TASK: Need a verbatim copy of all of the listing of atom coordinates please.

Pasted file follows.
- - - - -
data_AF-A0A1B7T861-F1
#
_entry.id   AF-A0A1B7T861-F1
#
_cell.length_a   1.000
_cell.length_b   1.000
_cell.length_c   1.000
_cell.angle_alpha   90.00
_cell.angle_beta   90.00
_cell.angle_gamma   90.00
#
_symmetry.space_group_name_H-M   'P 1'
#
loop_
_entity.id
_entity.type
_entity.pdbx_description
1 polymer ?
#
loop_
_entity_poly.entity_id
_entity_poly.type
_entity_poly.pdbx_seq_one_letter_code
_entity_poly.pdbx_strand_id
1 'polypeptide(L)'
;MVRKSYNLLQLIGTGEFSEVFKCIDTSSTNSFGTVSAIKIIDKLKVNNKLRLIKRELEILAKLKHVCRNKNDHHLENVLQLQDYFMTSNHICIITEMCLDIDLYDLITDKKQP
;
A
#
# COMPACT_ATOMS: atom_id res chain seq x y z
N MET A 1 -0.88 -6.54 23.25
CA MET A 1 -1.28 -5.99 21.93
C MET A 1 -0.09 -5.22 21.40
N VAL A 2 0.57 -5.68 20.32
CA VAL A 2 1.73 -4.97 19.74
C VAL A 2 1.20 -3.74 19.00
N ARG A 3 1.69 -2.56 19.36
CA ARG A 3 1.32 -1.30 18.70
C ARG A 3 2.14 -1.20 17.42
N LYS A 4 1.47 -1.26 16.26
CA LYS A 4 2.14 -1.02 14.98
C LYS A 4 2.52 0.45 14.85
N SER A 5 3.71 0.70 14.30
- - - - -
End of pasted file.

data_AF-A0A1B7T861-F1
#
_entry.id   AF-A0A1B7T861-F1
#
_cell.length_a   1.000
_cell.length_b   1.000
_cell.length_c   1.000
_cell.angle_alpha   90.00
_cell.angle_beta   90.00
_cell.angle_gamma   90.00
#
_symmetry.space_group_name_H-M   'P 1'
#
loop_
_entity.id
_entity.type
_entity.pdbx_description
1 polymer ?
#
loop_
_entity_poly.entity_id
_entity_poly.type
_entity_poly.pdbx_seq_one_letter_code
_entity_poly.pdbx_strand_id
1 'polypeptide(L)'
;MVRKSYNLLQLIGTGEFSEVFKCIDTSSTNSFGTVSAIKIIDKLKVNNKLRLIKRELEILAKLKHVCRNKNDHHLENVLQLQDYFMTSNHICIITEMCLDIDLYDLITDKKQP
;
A
#
# COMPACT_ATOMS: atom_id res chain seq x y z
N MET A 1 -0.88 -6.54 23.25
CA MET A 1 -1.28 -5.99 21.93
C MET A 1 -0.09 -5.22 21.40
N VAL A 2 0.57 -5.68 20.32
CA VAL A 2 1.73 -4.97 19.74
C VAL A 2 1.20 -3.74 19.00
N ARG A 3 1.69 -2.56 19.36
CA ARG A 3 1.32 -1.30 18.70
C ARG A 3 2.14 -1.20 17.42
N LYS A 4 1.47 -1.26 16.26
CA LYS A 4 2.14 -1.02 14.98
C LYS A 4 2.52 0.45 14.85
N SER A 5 3.71 0.70 14.30